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CIGoutlet Tobacco News
American cigarette manufacturers have filed a lawsuit against the FDA.
The largest US tobacco companies filed a lawsuit in the US District Court for the District of Columbia against the Federal Office of the Food and Drug Administration (FDA).
read more ...05/04/15
Interesting facts about cigarettes, countries - tobacco leaders.
Every minute in the world are sold about 8-10 million cigarettes and daily 13-15 billion cigarettes.
read more ...04/01/15
Anti-smoking campaigns run to extremes.
It is strange to what can bring the foolishness of anti-smoking crusaders in their attempts to impose all the rules of a healthy lifestyle, even if they lead to a violation of all norms, artistic freedom and civil society.
read more ...03/03/15
Court Upholds Rules on Tobacco Ads


BOSTON (AP) - A federal appeals court on Monday upheld most of the strict regulations on tobacco advertising imposed by Massachusetts last year, ruling they do not violate the free speech rights of tobacco companies.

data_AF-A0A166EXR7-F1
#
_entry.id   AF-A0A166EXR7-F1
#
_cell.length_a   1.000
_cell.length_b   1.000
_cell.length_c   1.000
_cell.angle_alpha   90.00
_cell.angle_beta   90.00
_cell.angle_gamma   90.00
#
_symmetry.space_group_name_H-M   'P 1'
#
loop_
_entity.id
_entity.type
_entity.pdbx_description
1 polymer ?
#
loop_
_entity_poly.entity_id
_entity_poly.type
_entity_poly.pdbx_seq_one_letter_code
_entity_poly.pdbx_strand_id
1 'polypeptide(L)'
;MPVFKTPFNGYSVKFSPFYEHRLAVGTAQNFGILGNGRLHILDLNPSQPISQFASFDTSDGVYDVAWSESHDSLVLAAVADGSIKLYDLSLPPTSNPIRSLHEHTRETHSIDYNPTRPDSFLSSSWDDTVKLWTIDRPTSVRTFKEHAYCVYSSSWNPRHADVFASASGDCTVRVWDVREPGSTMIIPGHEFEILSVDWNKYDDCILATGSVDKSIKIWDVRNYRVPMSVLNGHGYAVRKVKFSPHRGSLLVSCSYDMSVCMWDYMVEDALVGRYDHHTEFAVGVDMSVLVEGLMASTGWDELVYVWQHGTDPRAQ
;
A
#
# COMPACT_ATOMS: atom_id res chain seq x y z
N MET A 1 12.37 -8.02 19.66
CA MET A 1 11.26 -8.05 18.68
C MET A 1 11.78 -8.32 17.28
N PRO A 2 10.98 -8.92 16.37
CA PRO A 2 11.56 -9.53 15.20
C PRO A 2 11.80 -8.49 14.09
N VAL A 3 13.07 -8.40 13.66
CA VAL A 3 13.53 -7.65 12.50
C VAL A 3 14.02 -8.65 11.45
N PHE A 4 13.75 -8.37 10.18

The court largely upheld lower court rulings against cigarette, smokeless tobacco and cigar companies that sued the state over and health-warning label requirements and bans on outdoor advertising and advertising within 1,000 feet of schools and playgrounds. But the court said the state attorney general would have to reformulate regulations governing cigar advertising. The state cannot regulate such advertising on Web sites or in national magazines distributed in Massachusetts, the court ruled. Nor can it hold manufacturers responsible if their products are sold in Massachusetts, even by a third party, without the required warning label. Massachusetts was the first state to require a conspicuous warning label covering at least 25 percent of the front or top panel of every package of cigars. Warnings would also cover at least 20 percent of any advertisement. The ruling consolidated a variety of challenges to the regulations by Lorillard Tobacco Co., Brown and Williamson Corp., R.J. Reynolds Tobacco Co. and Philip Morris, as well as several cigar and tobacco exporting companies. Tobacco and cigar companies argued the regulations were pre-empted by federal law and violated the First Amendment. But the court ruled that Congress had not intended for the Federal Cigarette Labeling and Advertising Act to stop states from imposing their own regulations, and the regulations do not violate free speech rights because they are ``proportionate to the state's purposes.'' ``Clearly we're disappointed,'' said Brendan McCormick, a spokesman for Philip Morris Inc. ``We challenged several of those regulations because we believe that several of them unduly restrict our ability to market a legal product to adult smokers.'' He said the decision may be appealed. Attempts to reach spokesmen for Lorillard, Brown and Williamson and R.J. Reynolds and several of the cigar companies Monday night were unsuccessful.

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